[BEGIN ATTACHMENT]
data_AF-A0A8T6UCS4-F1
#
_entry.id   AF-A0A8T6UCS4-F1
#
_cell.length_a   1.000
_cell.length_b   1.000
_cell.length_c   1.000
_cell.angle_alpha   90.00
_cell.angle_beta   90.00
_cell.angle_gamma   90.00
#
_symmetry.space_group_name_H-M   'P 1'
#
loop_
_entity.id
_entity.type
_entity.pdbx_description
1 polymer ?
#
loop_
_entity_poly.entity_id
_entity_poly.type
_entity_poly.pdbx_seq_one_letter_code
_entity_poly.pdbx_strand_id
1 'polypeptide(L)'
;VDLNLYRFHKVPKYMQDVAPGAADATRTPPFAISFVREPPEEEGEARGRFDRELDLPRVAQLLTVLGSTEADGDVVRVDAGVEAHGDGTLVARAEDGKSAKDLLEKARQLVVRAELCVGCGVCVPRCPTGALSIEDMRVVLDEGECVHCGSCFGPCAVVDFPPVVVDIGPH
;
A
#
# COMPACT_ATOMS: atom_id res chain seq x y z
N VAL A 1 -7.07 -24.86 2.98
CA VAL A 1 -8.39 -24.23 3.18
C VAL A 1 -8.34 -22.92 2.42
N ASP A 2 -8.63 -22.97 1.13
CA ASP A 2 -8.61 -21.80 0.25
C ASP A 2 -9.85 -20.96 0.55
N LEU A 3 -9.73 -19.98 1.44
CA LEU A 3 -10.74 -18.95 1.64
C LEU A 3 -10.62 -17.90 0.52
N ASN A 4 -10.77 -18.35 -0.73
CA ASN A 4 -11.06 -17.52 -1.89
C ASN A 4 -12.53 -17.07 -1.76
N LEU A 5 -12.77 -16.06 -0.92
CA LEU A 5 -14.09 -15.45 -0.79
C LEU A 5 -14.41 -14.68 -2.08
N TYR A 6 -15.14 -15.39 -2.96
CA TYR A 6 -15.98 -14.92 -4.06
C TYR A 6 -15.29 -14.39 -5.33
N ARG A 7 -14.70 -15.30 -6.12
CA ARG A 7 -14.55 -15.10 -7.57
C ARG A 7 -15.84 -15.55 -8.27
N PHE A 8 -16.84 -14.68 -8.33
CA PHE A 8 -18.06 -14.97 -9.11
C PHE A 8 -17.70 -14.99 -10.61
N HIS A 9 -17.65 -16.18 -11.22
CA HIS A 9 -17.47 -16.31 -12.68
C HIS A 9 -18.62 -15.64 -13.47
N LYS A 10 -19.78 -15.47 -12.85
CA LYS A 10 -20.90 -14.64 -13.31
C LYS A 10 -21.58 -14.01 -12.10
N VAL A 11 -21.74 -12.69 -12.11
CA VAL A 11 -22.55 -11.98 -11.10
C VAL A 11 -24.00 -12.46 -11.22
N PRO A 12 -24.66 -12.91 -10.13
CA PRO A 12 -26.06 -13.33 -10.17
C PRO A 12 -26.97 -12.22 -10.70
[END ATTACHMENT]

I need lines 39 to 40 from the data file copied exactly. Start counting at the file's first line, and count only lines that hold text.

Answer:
C LEU A 3 -10.62 -17.90 0.52
N ASN A 4 -10.77 -18.35 -0.73